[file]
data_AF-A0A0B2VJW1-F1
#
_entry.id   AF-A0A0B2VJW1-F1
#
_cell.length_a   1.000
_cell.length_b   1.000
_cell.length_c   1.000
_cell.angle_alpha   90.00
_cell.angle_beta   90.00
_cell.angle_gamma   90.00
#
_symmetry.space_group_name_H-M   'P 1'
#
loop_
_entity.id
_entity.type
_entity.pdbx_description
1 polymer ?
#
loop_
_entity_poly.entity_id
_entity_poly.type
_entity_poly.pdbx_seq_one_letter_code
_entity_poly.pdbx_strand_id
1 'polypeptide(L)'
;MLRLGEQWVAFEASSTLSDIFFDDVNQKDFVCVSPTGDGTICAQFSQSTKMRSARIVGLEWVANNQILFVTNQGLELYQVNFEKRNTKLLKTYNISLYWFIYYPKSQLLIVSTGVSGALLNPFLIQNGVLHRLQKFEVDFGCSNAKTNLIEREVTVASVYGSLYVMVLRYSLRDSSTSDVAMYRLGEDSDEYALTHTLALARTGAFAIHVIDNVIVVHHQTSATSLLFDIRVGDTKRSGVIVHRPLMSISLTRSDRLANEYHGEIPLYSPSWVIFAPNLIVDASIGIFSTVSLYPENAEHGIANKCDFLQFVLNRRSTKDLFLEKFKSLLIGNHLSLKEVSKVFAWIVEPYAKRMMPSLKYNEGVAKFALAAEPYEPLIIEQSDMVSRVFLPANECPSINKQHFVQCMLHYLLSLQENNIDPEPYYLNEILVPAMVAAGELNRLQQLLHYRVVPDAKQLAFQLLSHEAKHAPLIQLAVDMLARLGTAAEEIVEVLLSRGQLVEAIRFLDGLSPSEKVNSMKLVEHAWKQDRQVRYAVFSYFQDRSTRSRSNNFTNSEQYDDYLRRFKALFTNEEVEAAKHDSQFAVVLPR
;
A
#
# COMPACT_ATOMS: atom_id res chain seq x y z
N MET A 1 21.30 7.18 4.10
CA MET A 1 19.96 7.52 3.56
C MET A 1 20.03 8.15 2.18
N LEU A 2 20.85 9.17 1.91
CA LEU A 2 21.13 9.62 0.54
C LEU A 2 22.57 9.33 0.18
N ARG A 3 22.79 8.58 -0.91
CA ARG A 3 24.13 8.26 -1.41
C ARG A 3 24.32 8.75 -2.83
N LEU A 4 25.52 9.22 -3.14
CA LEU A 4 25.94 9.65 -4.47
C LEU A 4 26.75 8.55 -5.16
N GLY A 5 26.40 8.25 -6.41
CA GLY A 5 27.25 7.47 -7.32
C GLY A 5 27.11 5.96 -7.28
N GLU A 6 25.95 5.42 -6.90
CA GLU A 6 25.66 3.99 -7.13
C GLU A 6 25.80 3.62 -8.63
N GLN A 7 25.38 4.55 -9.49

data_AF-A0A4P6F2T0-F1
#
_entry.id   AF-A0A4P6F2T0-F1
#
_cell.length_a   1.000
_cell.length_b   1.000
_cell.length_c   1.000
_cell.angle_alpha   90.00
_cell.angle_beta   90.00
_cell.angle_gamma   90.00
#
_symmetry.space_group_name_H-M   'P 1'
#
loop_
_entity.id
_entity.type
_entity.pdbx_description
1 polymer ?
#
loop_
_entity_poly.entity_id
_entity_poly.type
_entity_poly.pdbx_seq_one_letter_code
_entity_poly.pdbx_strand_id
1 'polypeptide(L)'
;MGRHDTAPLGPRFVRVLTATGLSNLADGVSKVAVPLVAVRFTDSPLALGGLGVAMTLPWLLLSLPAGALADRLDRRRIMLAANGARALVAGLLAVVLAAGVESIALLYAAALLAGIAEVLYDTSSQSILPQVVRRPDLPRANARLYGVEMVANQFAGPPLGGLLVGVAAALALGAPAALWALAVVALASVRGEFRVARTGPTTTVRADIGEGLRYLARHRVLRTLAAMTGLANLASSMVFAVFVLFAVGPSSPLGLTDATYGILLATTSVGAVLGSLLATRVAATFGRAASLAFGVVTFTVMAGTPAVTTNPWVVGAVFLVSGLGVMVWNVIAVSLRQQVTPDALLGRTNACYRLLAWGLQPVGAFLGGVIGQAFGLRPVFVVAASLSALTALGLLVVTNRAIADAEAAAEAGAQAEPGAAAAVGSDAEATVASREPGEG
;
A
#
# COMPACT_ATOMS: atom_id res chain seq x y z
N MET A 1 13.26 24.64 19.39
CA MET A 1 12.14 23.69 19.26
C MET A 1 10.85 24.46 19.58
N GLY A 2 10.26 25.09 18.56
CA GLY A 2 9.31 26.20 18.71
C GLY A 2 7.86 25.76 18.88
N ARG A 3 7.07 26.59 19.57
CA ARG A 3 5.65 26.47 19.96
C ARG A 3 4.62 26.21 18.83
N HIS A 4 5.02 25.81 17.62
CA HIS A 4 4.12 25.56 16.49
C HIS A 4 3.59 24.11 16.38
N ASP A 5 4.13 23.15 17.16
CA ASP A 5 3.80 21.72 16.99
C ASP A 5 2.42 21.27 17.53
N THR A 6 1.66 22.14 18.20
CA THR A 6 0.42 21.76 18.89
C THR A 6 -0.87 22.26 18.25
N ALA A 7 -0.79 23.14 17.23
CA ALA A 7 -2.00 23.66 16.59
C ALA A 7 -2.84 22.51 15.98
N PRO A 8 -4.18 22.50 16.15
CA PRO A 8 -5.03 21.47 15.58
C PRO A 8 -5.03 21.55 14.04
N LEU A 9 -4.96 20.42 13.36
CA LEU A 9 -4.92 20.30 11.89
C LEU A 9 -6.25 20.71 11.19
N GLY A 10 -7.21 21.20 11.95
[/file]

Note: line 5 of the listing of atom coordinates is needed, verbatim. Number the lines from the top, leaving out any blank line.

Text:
_cell.length_a   1.000